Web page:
Items 1 to 10 of 1156 total

By Norm Tessman

It's an icy January evening in mile high Prescott, and the contra crowd arrives in sweaters and winter jackets.  In the old armory on East Gurley Street, a band is warming up, and people chat excitedly as they wait for the dance to start.  Perhaps the only uniformity in dress is that many of the women sport longish floral-print skirts, the better to swirl when you swing.  Guys wear wash pants and cotton shirts, or t-shirts and jeans, with their emphasis on comfort

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By Marilys Johnson

If you live in Yarnell you’ve probably seen her – the quiet 85-year-old lady who walks to and from the post office every morning.  You probably didn’t notice her, but don’t take her for granted.  She has contributed much to Arizona, and has many fascinating stories to tell.

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By Rob Bates

Printed matter comes to us daily in large doses, and much of it goes unread.  This was hardly the case when territorial secretary Richard C. McCormick brought his Ramage Washington hand press with old, worn, metal type to Ft. Whipple.  Brought from Santa Fe, the path typically taken by these wood and iron heavyweights (1200-1500 lbs.) on their way west, the press' arrival meant that the forces of civilization had reached Prescott, A.T., in January 1864.

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By Nancy Burgess

In 1994, Citizens Cemetery was listed in the National Register of Historic Places as a part of the Prescott Armory National Register Historic District.  The listing of the cemetery in the National Register affords a certain prestige which can enhance and raise community awareness and pride in the historic value of the property.  The National Register is the Nation's official listing of prehistoric and historic properties worthy of preservation.  The documentation necessary for listing in the Register provides a detailed history of the site, which contains vast amounts of historical information about our community.

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By Michael Wurtz

As archivists at the Sharlot Hall Museum we have a responsibility to correct the misinformation that can often plague the community.  My New Year's Resolution is to get Yavapai County residents to understand three things: William O'Neill nickname is "Buckey" with an "e", there is no "False Thumb Butte" in Chino Valley, and there are no tunnels under Prescott.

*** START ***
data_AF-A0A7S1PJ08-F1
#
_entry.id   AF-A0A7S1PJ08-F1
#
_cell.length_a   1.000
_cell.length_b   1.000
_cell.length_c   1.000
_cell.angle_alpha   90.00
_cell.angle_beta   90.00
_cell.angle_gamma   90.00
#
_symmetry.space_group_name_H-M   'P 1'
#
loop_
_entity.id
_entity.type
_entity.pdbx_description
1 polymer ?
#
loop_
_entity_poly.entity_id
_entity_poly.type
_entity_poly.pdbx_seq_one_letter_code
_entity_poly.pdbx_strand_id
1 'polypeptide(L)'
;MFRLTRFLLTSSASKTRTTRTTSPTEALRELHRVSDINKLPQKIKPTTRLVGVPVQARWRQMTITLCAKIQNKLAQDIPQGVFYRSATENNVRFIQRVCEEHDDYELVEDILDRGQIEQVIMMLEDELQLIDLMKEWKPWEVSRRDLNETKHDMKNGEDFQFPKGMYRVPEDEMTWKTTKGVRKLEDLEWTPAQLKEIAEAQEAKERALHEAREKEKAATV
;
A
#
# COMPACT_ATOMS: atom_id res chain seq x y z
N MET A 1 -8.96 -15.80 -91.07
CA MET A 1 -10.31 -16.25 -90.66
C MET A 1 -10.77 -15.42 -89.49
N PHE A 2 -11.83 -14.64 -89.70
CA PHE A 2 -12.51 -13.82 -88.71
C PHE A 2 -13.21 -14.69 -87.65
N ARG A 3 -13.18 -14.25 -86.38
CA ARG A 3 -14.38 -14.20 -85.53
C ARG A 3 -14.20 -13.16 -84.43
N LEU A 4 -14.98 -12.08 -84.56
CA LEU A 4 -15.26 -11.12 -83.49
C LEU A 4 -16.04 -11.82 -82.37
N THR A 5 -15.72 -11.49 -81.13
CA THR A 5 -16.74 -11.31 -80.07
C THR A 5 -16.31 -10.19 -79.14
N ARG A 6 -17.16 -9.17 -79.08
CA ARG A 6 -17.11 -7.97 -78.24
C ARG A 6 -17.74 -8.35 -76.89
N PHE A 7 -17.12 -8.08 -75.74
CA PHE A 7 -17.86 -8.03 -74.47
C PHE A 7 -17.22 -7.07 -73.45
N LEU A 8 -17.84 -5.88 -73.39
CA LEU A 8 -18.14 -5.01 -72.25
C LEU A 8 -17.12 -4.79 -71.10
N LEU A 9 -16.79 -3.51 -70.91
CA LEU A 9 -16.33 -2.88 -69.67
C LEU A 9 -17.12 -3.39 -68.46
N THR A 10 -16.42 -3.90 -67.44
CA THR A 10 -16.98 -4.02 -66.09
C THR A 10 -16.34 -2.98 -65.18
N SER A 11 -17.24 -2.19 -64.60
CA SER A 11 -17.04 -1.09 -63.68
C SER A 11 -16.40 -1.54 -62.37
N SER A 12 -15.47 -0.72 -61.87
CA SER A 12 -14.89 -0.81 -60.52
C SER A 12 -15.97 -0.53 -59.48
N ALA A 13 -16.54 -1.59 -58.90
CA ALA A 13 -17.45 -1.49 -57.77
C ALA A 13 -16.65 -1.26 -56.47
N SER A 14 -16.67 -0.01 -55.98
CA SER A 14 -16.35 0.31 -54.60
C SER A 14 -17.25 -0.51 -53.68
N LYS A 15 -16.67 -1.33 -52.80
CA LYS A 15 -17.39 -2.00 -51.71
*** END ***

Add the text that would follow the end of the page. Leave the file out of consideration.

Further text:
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By Sue Willoughby and Terry Munderloh 

The simple task of preparing meals or doing laundry today is an easy job compared to the travails women faced in the barren and hostile environment of the early west. In addition to providing the basic sustenance's for their families, many of these frontier women made time to spin and weave, make their families' clothes and quilts, teach their children to read and write, feed ranch hands and animals, grow gardens, keep diaries and provided art and culture to the community. 

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By Anita Zeller

Memories are a big part of the Christmas season. They link the past with the present, preserving tradition in the heart, as well as the mind.

While memories may not always record history with pinpoint accuracy, they can offer an overall view of a time now gone, and give warm insight into the nature of the person who is recalling and translating the past.

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By Sandra Lynch

Imagine what it would be like in a natural world, a world where your pantry was filled with wild seeds, wild animals and stone. In this pantry was everything you needed to live, if you had the resourcefulness to use it. Your livelihood depended on your skills to know the right plants to seek for calories and vitamins. If you were wily enough to trap and kill a few animals, you could get protein and fat to sustain your life.

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By Richard Gorby 

At 7:50 a.m. in Pearl Harbor, Hawaii, Admiral of the Pacific Fleet Kimmel was putting on his white uniform in preparation for a pleasant Sunday when he heard explosions. Rushing outside, he saw airplanes overhead, the Japanese Rising Sun on their wings. They circled and began diving on the battleships in the harbor. Kimmel looked on in horror as a neighbor cried, "There goes the Arizona!"

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By Bob and Candy Heath and Betty Correll 

While attending the Memorial Day Services at Citizen's Cemetery a year ago, Bob and Candy Heath along with Candy's mother, Betty Correll, were asked to adopt a gravesite. They willingly agreed, but asked if it could be a grave of a California veteran, as all their relatives were in California.

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